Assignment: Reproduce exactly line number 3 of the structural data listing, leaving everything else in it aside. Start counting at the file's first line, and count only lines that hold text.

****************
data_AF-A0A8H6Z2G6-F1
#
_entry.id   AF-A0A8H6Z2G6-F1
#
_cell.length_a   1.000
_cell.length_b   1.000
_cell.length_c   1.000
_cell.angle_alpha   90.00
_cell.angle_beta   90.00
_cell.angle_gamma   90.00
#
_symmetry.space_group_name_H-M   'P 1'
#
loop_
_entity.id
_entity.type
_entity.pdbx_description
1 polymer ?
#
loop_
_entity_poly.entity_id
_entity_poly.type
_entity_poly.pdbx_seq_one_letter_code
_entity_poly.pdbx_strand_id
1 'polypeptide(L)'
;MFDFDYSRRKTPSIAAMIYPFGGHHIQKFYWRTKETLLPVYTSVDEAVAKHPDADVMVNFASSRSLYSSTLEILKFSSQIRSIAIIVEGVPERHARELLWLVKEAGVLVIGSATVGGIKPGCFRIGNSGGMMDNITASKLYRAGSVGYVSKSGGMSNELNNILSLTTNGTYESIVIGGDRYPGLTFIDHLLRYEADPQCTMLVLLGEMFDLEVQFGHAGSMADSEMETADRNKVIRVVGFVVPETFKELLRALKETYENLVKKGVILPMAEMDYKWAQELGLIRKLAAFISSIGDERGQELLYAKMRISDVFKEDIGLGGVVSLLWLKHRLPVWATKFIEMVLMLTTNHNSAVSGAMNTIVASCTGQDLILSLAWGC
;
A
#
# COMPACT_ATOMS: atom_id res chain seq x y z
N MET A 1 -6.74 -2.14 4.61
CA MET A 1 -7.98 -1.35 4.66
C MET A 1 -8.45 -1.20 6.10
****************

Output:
_entry.id   AF-A0A8H6Z2G6-F1